The Power of Perception
When Juliana Schroeder (shown right) is searching for a new research topic, she often looks at the world around her. “Every paper starts with a puzzle,” says Schroeder, an associate professor and the Harold Furst Chair in Management Philosophy & Values. “I’m particularly interested in social inference and what people get wrong in their social judgments.” One recent study, for example, started with the observation that people often appreciate constructive criticism from others but are often reluctant to give it themselves. “It could range from being told you have a stain on your shirt to more consequential feedback between spouses,” she says. “Most of us want good feedback in our lives and aren’t getting enough of it.”
In a series of hypothetical and actual scenarios, she found that people consistently said they wanted constructive criticism when they were in the position of receiver but wouldn’t offer it when in the position of giver. In drilling down into the causes of that paradox, Schroeder found it was only partially due to anxiety about how the feedback would be perceived. In fact, the biggest impediment was a lack of realization into just how much the other person desired it. “When we intervened to cause people to think about a time when they wanted feedback, it was enough to trigger them to realize, ‘Okay, maybe I should give feedback to others as well.’”
For another group of studies, Schroeder has looked at the power of rituals in the workplace—finding that simple actions, such as how managers conduct meetings, become imbued with importance over time. “With almost every activity, you can add small physical features, making it more rigid and formal, and people will start to add meaning to it,” she says. At the same time, people tend to resist change to rituals, ostracizing those who don’t follow established formalities.
Schroeder recommends that managers think about how they construct rituals to ensure they reflect the values of the company. “It could be as simple as starting a meeting by having everyone share something they did in their personal lives, which says something quite different than asking everyone to say something about what they did at work.” But they should also think hard before changing established rituals in the workplace. “You always have the new boss who comes in and wants to change everything, and I would be careful about that,” she says. “Conveying your good intentions helps a little, but once people get used to rituals, they don’t want them changed.”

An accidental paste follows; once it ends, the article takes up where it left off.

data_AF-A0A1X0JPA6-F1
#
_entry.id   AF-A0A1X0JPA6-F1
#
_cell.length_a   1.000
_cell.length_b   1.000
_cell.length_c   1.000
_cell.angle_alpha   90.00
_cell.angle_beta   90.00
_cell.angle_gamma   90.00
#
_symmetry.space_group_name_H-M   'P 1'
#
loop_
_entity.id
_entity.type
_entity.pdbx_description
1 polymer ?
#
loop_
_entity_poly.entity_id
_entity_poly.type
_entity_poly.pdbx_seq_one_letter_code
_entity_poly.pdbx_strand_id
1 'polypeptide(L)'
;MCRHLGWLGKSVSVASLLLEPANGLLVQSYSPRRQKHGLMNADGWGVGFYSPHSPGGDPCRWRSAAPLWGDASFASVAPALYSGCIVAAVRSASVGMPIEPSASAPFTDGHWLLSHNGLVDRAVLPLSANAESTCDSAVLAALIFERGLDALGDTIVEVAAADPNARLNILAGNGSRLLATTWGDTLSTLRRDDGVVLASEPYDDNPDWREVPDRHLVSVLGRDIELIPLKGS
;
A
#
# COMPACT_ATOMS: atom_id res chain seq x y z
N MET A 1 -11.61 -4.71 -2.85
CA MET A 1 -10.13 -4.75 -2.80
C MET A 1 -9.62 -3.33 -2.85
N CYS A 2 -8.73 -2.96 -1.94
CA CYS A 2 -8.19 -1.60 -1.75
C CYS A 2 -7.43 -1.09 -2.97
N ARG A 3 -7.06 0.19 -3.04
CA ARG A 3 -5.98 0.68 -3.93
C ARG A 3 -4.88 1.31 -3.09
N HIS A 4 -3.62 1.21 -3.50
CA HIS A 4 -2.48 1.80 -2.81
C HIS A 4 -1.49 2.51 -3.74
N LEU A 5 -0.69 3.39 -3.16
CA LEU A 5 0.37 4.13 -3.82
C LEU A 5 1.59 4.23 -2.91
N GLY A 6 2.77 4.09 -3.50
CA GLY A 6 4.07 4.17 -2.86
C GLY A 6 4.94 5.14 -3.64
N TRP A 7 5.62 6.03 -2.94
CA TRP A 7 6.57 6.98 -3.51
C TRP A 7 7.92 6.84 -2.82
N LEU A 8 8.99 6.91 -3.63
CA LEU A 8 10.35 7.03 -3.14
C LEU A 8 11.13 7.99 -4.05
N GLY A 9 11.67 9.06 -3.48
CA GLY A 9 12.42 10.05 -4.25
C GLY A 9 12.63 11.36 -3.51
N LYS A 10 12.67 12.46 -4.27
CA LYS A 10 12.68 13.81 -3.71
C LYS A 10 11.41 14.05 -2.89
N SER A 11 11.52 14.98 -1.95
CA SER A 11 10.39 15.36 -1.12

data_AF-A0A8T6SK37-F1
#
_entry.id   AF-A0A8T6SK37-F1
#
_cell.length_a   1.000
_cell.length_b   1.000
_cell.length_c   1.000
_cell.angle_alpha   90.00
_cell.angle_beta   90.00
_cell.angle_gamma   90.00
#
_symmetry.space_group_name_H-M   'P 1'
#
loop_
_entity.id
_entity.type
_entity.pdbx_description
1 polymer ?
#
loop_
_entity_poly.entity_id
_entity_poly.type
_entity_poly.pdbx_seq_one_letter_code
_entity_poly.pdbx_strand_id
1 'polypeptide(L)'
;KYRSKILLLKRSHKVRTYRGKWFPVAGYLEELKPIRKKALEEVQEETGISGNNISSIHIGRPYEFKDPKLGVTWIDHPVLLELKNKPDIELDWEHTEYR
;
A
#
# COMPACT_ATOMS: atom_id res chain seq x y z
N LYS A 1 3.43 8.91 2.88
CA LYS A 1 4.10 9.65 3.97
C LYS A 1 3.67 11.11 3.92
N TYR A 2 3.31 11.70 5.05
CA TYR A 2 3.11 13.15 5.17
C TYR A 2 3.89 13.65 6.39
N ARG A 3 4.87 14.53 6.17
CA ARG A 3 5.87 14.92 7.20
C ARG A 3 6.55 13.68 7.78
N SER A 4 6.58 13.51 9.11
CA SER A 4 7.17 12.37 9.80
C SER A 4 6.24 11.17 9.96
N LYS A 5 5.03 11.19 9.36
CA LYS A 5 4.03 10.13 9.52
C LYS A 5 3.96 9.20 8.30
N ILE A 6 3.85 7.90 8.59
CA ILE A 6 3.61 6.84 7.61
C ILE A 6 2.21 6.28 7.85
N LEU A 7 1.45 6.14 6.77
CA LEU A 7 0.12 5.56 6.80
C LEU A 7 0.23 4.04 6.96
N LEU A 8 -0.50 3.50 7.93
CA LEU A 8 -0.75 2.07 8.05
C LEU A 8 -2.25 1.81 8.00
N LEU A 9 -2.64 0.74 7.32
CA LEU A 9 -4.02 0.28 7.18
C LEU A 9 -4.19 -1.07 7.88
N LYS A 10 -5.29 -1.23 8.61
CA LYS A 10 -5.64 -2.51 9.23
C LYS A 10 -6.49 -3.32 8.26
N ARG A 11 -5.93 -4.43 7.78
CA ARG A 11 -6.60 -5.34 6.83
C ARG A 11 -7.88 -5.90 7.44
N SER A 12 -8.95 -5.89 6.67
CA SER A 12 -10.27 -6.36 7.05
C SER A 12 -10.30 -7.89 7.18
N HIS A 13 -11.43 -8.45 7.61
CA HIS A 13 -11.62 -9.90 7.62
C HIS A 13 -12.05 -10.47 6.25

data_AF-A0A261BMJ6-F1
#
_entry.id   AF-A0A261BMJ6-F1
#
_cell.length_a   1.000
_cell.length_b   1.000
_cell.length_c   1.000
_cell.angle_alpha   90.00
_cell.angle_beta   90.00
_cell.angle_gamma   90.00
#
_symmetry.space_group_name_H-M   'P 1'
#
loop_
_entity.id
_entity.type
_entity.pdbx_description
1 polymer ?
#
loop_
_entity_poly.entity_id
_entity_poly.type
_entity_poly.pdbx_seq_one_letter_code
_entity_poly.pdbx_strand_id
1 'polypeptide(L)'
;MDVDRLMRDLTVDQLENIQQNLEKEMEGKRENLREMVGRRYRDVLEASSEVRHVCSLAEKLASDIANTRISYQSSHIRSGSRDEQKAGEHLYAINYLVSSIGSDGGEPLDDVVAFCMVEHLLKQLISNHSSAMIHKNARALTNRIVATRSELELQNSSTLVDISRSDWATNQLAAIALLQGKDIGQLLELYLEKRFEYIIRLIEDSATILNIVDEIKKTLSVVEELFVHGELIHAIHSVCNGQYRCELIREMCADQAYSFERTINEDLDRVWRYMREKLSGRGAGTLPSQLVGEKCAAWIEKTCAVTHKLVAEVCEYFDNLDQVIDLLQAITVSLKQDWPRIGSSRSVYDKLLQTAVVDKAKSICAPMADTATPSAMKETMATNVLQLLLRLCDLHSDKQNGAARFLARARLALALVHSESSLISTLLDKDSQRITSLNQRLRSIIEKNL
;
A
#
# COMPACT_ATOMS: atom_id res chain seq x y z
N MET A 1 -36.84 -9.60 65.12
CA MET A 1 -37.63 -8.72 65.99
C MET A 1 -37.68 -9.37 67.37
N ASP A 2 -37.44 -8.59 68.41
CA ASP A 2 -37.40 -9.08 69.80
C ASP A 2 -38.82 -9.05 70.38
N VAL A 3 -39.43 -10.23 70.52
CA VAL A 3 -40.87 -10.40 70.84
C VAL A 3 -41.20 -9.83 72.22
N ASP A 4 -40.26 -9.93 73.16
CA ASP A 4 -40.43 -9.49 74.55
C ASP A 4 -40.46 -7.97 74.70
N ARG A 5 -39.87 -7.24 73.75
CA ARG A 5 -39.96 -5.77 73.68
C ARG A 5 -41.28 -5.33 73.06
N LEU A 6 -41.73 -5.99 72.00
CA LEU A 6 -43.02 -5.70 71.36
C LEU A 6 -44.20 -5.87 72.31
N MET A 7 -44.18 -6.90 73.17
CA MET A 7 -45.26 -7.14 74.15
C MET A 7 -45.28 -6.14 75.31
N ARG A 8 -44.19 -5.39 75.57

Decision science encompasses a wide range of inquiries: how customers choose products, how we insure ourselves against risk, how we offer criticism to a co-worker, and more. Yet despite this variety, the research comes down to the same basic premise: Human beings may not be rational, but our irrationality itself is predictable.
By better understanding the misperceptions and emotions that routinely lie behind people’s decision-making processes, managers can help anticipate some of the common pitfalls that can lead to bad decisions and negative consequences. They can learn to recognize the biases that creep into their own judgments and the judgments of others and combat that with processes that rely on facts and probabilities, rather than faulty intuition or simple heuristics.
Understanding the latest decision research can help [managers] not only make better decisions…but also set up environments to help employees and customers make better decisions as well.
Good leaders can even use decision science to their advantage by setting up an environment to help people choose more wisely. Whether that means using an attractor to better frame a problem, instituting rituals to bolster company culture, or presenting “nudges” to encourage people to act in their best interest, the predictable way humans respond to choices can be harnessed as a force for positive decision-making.
By more fully understanding how and why people decide the way they do, we can all learn to make better decisions in the end.